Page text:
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Candy Crush online game-maker King is moving a sizeable portion of its on-premise, big data processing capability to the Google public cloud. The migration is earmarked for completion in early 2019.
The company, whose games are reportedly played by more than 270 million people around the world, claims to operate one of Europe’s largest Hadoop clusters, which its data scientists and engineers use to process “double-digit” petabytes of data generated by players of its games.
Åsa Bredin, first vice-president of technology at King, told Computer Weekly that analysing this data plays a critical role in ensuring the company can stay one step ahead of changes in player behaviour.
“One of the challenges in our market is speed, both in terms of being able to act quickly on player feedback, but also for us to scale as the number of players and games grows,” she said.
“It is very hard to know exactly what lies ahead, so by being able to act quickly on insights, we can also handle challenges better.”
For this reason, the company has spent the last couple of years evaluating whether continuing to run an on-premise Hadoop cluster is the best way to achieve the rapid insights it requires, particularly in view of the advancing big data capabilities that the public cloud provider community has to offer, she said.
“As the cloud ecosystem grows and more options are ‘put on the shelf’, we expected that innovation in machine learning, query processing and speed would appear on the cloud providers first,” said Bredin.
So the company began weighing up its public cloud options, and decided the Google Cloud Platform would be the best fit for its current requirements. The firm’s burgeoning portfolio of machine learning tools was also an important supplier consideration.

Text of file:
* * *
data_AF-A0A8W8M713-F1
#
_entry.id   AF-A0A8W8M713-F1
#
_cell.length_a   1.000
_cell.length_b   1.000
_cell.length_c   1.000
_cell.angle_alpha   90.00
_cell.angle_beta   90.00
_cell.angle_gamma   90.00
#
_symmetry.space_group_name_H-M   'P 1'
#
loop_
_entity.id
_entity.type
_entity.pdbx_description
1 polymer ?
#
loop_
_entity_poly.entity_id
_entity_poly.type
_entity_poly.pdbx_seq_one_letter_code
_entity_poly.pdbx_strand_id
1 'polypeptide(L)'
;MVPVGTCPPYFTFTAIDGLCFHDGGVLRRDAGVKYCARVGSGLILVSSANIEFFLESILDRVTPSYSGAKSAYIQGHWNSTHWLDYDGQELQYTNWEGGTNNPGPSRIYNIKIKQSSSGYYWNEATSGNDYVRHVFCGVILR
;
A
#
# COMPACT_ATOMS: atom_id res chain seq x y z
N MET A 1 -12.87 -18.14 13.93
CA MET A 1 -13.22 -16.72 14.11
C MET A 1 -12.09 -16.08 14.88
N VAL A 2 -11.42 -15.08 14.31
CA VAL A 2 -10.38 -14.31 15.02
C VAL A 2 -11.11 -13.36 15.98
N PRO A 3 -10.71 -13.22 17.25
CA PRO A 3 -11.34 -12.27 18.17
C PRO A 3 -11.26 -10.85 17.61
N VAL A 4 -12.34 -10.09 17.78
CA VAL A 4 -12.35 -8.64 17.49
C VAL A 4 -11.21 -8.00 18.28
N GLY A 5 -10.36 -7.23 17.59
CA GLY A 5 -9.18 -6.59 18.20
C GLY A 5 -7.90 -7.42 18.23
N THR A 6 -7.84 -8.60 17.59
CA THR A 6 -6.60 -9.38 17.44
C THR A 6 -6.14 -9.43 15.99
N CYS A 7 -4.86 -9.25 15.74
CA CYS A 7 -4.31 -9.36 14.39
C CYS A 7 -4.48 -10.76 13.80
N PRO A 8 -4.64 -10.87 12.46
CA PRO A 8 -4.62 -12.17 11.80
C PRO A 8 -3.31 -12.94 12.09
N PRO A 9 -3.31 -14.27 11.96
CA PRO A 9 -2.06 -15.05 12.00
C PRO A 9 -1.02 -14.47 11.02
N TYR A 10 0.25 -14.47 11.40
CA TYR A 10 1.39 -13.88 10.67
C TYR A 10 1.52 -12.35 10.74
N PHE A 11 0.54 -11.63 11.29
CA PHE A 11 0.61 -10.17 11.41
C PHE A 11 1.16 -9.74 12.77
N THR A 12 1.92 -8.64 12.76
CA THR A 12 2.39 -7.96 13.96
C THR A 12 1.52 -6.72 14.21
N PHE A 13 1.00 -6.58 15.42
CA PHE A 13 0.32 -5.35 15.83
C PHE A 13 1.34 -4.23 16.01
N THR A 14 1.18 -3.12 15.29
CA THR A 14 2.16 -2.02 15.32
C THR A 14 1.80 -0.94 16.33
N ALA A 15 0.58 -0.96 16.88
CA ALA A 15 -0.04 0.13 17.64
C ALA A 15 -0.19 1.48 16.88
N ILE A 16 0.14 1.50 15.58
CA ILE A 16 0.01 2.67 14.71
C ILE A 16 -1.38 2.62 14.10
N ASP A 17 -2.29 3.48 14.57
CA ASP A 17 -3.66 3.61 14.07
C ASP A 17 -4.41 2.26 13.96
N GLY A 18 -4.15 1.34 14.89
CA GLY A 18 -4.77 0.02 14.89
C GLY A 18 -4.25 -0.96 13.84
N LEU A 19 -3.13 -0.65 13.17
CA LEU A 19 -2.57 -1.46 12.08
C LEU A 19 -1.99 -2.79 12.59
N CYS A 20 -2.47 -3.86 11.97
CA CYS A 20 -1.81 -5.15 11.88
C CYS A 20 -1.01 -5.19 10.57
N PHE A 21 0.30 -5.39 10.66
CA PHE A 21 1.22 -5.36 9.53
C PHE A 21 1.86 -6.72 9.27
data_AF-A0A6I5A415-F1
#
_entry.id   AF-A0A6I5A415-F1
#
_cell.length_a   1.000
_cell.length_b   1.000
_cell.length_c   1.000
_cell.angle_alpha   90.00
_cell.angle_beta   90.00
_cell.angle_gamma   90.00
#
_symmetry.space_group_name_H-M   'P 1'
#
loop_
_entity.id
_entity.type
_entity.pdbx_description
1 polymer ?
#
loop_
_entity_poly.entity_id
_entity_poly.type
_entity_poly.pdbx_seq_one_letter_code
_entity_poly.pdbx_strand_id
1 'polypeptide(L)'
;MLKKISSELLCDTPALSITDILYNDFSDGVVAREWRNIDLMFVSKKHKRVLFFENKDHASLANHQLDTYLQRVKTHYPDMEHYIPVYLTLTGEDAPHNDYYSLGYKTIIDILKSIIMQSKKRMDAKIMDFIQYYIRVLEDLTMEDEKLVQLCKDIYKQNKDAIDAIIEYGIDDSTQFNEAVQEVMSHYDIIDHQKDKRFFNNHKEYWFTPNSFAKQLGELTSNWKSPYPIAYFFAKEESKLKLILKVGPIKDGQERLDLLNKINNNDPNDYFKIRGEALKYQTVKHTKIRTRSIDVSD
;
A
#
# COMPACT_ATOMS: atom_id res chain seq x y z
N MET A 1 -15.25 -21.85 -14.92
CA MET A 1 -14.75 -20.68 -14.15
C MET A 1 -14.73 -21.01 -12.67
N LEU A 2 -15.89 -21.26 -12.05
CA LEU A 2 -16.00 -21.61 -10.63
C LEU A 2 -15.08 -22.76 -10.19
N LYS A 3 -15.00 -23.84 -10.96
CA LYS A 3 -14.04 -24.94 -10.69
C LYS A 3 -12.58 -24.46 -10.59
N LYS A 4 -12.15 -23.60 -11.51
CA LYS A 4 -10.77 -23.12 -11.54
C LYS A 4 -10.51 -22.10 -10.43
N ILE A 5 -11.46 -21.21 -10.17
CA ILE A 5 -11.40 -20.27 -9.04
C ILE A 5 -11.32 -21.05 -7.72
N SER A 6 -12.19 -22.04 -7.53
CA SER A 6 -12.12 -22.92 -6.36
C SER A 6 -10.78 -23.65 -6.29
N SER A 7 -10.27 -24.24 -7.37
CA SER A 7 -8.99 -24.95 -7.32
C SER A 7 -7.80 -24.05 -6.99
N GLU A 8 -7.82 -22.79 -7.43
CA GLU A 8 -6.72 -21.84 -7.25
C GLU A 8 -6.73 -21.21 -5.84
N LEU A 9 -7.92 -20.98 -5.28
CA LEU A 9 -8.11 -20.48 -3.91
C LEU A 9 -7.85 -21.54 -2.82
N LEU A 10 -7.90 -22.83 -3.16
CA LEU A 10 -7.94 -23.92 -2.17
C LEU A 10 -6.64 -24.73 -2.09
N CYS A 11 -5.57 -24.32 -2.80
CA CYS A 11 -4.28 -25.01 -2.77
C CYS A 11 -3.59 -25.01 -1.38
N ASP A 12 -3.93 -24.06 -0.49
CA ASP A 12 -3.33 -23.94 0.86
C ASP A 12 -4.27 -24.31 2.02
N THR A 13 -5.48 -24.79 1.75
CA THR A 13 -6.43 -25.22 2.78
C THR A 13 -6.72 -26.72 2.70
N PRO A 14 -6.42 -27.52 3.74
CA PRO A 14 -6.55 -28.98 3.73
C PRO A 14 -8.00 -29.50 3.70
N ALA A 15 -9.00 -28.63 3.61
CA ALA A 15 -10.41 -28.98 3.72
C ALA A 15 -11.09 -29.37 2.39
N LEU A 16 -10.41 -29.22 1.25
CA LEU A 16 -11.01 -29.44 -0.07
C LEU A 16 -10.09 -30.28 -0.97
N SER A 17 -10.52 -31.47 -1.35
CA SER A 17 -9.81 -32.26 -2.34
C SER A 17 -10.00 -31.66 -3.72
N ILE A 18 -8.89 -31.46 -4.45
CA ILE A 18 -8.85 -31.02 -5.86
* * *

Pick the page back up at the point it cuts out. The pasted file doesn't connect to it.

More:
“We will continue to be a very data-driven company where game data is used continuously to make the games even more fun to play,” she said.
“One area where we expect to see a lot of innovation in mobile gaming is around our relevance. With machine learning, we predict offers and suggestions for what to tackle next and what will become increasingly relevant.”
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The company’s Hadoop migration began in early 2018 and is intended to be complete by the end of the year, said Bredin. “A substantial part of the business is using Google Cloud Platform for its data now. By the beginning of next year, our intention is that all data will be in it.”
At that point, King’s “core data infrastructure” will be running in the public cloud, but the firm is still deciding whether more of its estate is likely to follow. “We have run smaller systems in cloud solutions before, but this move is by far the largest,” said Bredin.
“We always look at ways of running things faster and smarter, but don’t have any set plans for any other migrations right now.”
Sunil Rayan, managing director of gaming at Google Cloud, said the project should put King on a path to provide “even richer gaming experiences” for its global user base as it reaps the benefits of having access to Google Cloud’s data processing capabilities.
“King has long been a leader in delivering delightful mobile gaming experiences to millions of players around the world,” said Rayan.
“It will continue to innovate and demonstrate its leadership position as a global innovator by utilising our big data, AI and machine learning capabilities to give its engineers the next generation of tools to build great experiences.”